“Do not hesitate to engage in the battle that is raging around you” – Bishop Olmsted
Through our experience and passionate desire for other men like you to awaken to the great Theo drama that we are all called to play a role in, the mission of Intentional Encounter was born. Our mission is to reclaim authentic manhood and encounter the person of Christ by gaining self-mastery through fitness, clean eating and a renewed prayer life. There is a dire need for Christian men to discover their true identity in Christ, and we want to provide you with a battle plan for encountering Him so that you can become the man you were made to be.
Saint Paul pointed to the link between the Physical and Spiritual life of a person when he said “Every athlete exercises self-control in all things. They do it to receive a perishable wreath, but we an imperishable” (1 Cor 9:25).
We found that training the body is the proper starting point for men because we are hard wired to be physically active, protectors, fighters…warriors. We all relate to the desire to feel better physically and remain active as we grow old. This is why we provide a way to train the body through physical exercise and proper nutrition so as to reclaim the athlete that many men once knew in themselves or desire to experience for the first time.
Through training the body we can change the trajectory of our physical health. Physical training requires discipline, however, its reward is perishable. Looking at the words of St. Paul we can see that the transformation of the athlete through self-mastery has a transcendent dimension and presses us towards a deeper spiritual health which never perishes. Spiritual wellness is a process just like training the body, but it never fades, rather it points us to our eternal reward.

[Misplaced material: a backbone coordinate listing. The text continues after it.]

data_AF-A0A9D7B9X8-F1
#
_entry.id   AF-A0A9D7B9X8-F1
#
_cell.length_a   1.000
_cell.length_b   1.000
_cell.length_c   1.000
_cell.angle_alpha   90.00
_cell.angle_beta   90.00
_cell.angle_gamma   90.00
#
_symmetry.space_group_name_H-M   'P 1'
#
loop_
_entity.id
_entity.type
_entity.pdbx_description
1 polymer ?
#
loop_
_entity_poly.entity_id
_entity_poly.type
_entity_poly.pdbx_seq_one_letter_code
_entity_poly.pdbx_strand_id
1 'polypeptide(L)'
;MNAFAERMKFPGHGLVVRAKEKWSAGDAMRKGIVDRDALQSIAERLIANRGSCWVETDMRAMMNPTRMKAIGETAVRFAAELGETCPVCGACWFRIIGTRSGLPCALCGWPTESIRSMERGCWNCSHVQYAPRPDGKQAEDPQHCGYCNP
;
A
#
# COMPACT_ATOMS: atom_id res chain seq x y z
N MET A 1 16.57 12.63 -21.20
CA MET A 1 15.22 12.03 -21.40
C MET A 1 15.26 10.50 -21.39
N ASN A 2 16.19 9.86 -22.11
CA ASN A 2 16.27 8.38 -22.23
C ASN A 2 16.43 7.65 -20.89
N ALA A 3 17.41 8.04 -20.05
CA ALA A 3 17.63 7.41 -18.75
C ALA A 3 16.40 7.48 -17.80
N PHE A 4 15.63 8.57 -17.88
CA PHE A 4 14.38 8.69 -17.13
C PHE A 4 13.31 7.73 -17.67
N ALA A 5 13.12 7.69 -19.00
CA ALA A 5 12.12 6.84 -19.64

Rather than just a great “Go get ‘em” speech, we want to provide you with some practical skills and actionable steps that you can take to develop a relationship with Christ and begin to make the walk with other like-minded Christian men who are crucial for victory.
“As iron sharpens iron, so one man sharpens another” (Proverbs 27:17)
A crucial dimension to developing into a strong spiritual leader is the fraternity of other Catholic men. Bishop Olmsted recognized this great need in his treatise when he said “Men who have bonds of brotherhood with other Catholic men pray more, go to Mass and Confession more frequently, read the Scriptures more often, and are more active in the Faith”.
Forming a band of bothers is THE critical component for developing spiritual leadership, which our families are in desperate need of. In the coming weeks I would like to share with you some common pit falls that we all experience in developing meaningful friendships and a practical guide for identifying and overcoming these obstacles.
“Put on the Armor of God” (Eph 6:11)
1 Forming Intentional Disciples: The Path to Knowing and Following Jesus – Sherry A. Weddel